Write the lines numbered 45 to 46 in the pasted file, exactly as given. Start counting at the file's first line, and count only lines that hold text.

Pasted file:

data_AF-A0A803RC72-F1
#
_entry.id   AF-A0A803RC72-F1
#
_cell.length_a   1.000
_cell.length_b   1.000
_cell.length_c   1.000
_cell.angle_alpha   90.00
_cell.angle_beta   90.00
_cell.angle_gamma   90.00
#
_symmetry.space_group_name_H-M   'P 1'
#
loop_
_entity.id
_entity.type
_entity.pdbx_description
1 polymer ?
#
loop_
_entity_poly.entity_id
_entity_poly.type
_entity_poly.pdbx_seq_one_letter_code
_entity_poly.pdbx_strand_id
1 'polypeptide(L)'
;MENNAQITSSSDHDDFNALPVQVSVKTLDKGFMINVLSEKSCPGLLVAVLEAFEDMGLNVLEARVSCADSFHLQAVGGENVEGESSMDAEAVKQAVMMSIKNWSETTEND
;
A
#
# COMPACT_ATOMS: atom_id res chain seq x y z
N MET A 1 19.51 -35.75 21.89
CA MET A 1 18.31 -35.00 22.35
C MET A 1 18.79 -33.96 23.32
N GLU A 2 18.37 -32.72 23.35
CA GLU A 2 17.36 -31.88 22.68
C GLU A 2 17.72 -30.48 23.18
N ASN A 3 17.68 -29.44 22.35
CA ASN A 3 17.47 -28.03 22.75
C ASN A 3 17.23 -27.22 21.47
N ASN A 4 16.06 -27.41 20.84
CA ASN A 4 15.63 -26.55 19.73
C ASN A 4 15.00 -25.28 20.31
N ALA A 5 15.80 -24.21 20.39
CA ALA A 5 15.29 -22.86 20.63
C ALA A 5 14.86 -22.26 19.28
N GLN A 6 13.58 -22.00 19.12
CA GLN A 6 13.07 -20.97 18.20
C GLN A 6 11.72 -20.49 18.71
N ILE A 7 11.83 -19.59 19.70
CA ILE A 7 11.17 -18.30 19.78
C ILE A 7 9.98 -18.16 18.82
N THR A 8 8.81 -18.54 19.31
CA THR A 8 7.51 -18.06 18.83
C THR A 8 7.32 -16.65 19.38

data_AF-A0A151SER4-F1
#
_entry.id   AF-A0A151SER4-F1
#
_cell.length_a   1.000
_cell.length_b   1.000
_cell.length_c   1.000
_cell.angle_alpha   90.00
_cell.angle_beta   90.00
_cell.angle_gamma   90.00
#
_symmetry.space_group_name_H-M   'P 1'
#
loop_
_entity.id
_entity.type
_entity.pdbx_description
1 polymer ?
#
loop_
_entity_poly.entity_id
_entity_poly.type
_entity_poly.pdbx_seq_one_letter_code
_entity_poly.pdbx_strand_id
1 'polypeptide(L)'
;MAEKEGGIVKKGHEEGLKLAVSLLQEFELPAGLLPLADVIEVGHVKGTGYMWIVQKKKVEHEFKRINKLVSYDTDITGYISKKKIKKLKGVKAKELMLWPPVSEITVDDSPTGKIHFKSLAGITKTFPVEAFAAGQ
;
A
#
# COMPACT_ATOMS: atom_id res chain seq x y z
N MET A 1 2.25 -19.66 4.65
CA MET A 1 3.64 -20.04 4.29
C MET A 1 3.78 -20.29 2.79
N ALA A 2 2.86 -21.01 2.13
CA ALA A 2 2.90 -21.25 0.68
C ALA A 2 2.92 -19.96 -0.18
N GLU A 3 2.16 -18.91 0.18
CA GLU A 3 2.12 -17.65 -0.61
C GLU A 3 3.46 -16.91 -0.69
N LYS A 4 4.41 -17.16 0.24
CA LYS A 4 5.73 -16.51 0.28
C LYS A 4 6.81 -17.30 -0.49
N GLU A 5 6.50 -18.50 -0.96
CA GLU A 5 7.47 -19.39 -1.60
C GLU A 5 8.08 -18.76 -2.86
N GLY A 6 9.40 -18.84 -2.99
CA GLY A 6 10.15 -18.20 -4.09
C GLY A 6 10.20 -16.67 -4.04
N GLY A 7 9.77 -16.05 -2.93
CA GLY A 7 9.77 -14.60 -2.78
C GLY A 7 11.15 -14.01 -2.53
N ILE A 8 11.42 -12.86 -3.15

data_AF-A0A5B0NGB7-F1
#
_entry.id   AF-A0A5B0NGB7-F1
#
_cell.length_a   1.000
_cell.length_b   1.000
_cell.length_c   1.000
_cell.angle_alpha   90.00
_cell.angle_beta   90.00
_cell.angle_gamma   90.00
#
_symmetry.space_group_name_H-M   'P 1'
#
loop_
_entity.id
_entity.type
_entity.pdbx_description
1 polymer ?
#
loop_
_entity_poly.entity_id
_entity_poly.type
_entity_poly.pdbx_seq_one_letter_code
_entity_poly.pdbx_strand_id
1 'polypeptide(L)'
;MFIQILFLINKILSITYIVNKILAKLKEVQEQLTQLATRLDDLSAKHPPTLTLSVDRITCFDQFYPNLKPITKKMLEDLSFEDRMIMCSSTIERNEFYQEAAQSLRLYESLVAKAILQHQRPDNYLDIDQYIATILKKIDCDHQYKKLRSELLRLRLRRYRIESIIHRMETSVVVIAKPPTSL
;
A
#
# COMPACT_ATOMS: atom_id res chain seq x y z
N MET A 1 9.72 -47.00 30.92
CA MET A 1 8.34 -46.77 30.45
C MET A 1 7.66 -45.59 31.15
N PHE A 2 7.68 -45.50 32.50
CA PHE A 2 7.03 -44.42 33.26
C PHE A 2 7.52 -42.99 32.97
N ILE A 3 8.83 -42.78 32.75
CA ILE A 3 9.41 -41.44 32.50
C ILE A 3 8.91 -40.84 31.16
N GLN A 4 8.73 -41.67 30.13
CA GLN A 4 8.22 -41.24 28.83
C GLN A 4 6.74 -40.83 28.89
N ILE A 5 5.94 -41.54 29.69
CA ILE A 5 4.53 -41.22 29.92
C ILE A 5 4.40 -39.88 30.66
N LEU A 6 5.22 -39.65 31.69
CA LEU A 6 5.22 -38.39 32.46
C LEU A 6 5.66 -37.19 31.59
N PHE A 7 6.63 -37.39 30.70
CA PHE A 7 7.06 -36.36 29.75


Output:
C ALA A 5 14.86 -22.26 19.28
N GLN A 6 13.58 -22.00 19.12